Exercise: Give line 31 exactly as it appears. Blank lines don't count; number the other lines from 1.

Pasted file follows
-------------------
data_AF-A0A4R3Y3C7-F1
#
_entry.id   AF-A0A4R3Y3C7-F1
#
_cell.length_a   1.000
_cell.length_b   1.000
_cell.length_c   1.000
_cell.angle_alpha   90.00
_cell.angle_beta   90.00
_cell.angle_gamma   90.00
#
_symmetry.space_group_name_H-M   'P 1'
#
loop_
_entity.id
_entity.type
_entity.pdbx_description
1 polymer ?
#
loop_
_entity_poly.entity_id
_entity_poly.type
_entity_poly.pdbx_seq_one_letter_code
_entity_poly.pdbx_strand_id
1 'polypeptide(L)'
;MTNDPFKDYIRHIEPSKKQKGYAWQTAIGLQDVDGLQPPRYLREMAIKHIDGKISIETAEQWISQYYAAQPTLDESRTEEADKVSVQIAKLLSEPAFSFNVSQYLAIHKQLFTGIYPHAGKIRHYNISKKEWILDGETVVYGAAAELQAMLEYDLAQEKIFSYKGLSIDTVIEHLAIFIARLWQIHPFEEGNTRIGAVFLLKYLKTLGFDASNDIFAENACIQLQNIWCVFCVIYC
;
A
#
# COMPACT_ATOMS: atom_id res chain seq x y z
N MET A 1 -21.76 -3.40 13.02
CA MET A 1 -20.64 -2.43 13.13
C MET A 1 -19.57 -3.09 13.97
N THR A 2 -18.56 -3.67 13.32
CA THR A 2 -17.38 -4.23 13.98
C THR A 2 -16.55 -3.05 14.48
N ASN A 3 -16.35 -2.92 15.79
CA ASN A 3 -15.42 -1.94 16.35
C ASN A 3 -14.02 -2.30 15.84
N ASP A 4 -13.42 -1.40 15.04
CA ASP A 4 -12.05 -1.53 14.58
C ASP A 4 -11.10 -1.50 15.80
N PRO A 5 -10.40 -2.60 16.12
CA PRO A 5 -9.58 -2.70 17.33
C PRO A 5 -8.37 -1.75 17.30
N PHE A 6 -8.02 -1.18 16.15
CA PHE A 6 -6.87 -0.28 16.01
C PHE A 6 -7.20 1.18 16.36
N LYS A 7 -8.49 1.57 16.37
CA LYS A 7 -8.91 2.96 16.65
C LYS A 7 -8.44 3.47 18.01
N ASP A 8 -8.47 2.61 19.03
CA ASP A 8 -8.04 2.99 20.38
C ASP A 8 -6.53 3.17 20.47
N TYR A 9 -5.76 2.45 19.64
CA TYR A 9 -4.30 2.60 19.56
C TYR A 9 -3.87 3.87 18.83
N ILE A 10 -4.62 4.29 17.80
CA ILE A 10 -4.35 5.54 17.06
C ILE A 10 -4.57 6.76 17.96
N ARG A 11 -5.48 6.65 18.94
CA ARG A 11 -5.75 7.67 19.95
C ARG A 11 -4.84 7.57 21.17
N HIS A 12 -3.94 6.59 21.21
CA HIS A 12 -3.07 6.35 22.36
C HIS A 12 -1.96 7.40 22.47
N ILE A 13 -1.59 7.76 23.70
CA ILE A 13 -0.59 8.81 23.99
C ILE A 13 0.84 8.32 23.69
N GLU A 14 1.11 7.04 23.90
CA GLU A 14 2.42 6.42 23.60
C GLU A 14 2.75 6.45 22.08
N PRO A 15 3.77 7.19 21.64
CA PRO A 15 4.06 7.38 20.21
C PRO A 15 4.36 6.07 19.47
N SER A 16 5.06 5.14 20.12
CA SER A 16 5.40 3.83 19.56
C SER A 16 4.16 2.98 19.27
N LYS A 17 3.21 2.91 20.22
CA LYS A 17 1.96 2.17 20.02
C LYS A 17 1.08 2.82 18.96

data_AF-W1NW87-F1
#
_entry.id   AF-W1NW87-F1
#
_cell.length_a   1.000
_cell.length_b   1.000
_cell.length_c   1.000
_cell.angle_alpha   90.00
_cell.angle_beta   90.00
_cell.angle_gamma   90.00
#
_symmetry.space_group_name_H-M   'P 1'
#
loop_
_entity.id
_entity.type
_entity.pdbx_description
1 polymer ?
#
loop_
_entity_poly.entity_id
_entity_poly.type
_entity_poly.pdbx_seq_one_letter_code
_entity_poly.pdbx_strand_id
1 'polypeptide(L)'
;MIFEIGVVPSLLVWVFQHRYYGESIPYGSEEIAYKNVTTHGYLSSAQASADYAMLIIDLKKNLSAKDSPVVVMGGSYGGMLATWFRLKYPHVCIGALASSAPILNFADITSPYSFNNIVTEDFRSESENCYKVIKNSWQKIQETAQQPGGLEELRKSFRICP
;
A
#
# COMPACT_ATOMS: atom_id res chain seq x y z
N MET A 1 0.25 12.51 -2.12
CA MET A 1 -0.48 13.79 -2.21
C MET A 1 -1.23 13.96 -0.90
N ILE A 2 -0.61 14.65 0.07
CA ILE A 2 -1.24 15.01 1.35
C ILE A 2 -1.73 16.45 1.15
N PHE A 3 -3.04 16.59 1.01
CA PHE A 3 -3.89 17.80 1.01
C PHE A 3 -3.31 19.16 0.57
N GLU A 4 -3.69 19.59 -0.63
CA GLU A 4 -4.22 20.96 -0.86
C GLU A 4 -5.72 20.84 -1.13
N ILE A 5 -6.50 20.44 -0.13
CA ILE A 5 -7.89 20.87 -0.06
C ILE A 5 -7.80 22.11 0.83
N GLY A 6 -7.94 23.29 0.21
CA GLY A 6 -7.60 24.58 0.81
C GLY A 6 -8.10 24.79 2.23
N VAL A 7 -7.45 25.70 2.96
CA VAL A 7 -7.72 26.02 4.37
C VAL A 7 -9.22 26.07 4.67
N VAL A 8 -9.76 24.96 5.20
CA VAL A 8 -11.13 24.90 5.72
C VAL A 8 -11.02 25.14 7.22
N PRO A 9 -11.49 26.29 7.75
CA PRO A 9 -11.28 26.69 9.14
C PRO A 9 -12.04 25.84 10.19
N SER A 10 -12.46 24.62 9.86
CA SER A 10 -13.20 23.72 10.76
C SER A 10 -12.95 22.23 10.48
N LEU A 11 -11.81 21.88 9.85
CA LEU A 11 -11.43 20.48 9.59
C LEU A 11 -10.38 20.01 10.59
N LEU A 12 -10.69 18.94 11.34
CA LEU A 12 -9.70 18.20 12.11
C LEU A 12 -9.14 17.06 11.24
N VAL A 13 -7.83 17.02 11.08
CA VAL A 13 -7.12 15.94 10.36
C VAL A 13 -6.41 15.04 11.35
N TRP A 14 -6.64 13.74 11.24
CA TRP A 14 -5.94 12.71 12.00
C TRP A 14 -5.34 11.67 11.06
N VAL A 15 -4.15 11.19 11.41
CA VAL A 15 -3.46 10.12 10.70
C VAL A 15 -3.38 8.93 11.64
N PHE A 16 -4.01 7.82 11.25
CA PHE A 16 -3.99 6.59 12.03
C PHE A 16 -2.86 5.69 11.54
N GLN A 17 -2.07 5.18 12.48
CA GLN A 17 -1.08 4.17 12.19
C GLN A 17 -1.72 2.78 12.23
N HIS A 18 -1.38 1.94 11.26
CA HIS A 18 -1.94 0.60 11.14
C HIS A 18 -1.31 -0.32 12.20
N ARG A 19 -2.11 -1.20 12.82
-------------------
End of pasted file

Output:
N MET A 1 -21.76 -3.40 13.02